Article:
Vasu Dixit, a young musician from Karnataka, has used his craft to draw attention to the crucial contribution of the Bangalore waste pickers towards the protection of environment. Dixit will attend ‘Dharitri Youth Conclave 2022 on Climate Change: The Power of Youth’ to be held in Bhubaneswar, November 24 as a performer and speaker.

 Vasu Dixit is a composer and a musician. Known for being the lead singer of the folk-rock band Swarathma, he also creates music of his own through the Vasu Dixit Collective (VDC). Vasu’s specialty lies in bringing together in his songs the nuances of musical art. His open-throated voice, rich vocal style, wide range, and deep passion for his craft are driven by a free-spirited celebration of life, when he is performing solo or with the band.

Versatile as he is, Vasu has worked as an actor and a film director predominantly in the Kannada film industry. But what keeps the singer in the limelight is the social consciousness that is inherent to his songs. Dixit recently released ‘Happy Number’, a song highlighting the contribution of waste pickers often stigmatised in society for their work. The ‘Happy Number’ in Vasu’s song refers to the 3,83,250 tonne of waste that the waste pickers of Bangalore facilitate diverting from the landfills, by collecting and recycling plastics and other waste materials generated in the city. The effort of these waste pickers is of significance as waste accumulation in landfills has immense negative environmental impact, contributing to air, water and soil pollution. Vasu says, “As citizens, we have a responsibility towards the informal waste pickers of Bangalore.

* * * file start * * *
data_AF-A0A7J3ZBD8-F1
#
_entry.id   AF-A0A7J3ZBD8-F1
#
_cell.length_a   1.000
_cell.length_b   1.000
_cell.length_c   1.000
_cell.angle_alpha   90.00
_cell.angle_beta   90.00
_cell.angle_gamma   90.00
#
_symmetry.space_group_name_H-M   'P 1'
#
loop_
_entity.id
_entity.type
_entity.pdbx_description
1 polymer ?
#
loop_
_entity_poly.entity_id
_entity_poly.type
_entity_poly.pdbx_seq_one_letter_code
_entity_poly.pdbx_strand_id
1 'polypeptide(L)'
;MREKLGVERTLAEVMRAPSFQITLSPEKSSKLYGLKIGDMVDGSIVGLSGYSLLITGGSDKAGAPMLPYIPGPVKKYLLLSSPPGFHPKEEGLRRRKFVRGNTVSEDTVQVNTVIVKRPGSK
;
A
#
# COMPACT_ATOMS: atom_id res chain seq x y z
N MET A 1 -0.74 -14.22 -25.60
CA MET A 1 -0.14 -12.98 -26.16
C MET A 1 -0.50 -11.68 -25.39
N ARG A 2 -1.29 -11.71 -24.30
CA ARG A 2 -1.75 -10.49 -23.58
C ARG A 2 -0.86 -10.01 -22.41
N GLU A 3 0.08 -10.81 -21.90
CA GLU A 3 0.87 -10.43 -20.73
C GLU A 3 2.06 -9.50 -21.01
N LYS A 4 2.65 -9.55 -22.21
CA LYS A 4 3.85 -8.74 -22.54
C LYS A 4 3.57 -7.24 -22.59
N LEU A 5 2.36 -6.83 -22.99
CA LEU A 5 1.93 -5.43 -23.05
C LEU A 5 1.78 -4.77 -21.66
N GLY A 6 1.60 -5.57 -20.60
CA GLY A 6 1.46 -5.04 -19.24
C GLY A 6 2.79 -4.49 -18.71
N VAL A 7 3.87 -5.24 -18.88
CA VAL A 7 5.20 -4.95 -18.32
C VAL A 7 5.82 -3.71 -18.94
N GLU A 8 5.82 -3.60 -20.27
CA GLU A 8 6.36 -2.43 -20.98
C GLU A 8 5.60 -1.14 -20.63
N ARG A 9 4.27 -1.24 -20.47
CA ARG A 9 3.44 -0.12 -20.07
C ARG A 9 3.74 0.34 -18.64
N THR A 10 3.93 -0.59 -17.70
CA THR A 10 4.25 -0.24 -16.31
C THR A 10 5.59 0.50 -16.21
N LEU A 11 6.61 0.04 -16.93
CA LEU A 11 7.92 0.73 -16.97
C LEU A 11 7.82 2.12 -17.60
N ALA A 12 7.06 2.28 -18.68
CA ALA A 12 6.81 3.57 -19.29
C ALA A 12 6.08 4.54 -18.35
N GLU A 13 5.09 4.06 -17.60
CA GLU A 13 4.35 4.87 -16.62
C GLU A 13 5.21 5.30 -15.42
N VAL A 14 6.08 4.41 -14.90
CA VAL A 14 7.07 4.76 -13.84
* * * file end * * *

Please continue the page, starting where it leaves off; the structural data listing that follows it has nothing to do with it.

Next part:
To treat them with respect and the dignity they deserve for protecting our environment. The Happy Number song was a great opportunity for me to celebrate them and their work.” To support and celebrate the traditional folk music of the country, he recently started the PaDa Project, with a vision to bring meaning and create relevance for folk music in present times. The PaDa Project is conceptualised and will be produced and implemented by Vasu himself. Vasu, who finds total freedom in folk music, as an artist and a singer, says he owes a large part of his inspiration to become a musician to the folk tradition. He believes, “It’s highly essential for the times we live in to reconnect with folk music, because of their simplicity, universal themes, and stories filled with philosophy and humanity.” The most complex philosophies of life are sung in the simplest way possible in these songs and that drives Vasu to explore more folk musicians and music in India.

Through the project, Vasu hopes to embark on a journey of reconnecting with folk traditions and find new inspiration. Vasu says the focus of the project will be on collaborating with young folk musicians. The younger generations will feel inspired to carry forward the knowledge of folk traditions passed on to them. The larger intent of the project is to create livelihood opportunities for the younger generations of folk musicians, and build around these knowledge systems, contextualising folk music in the present times, he adds.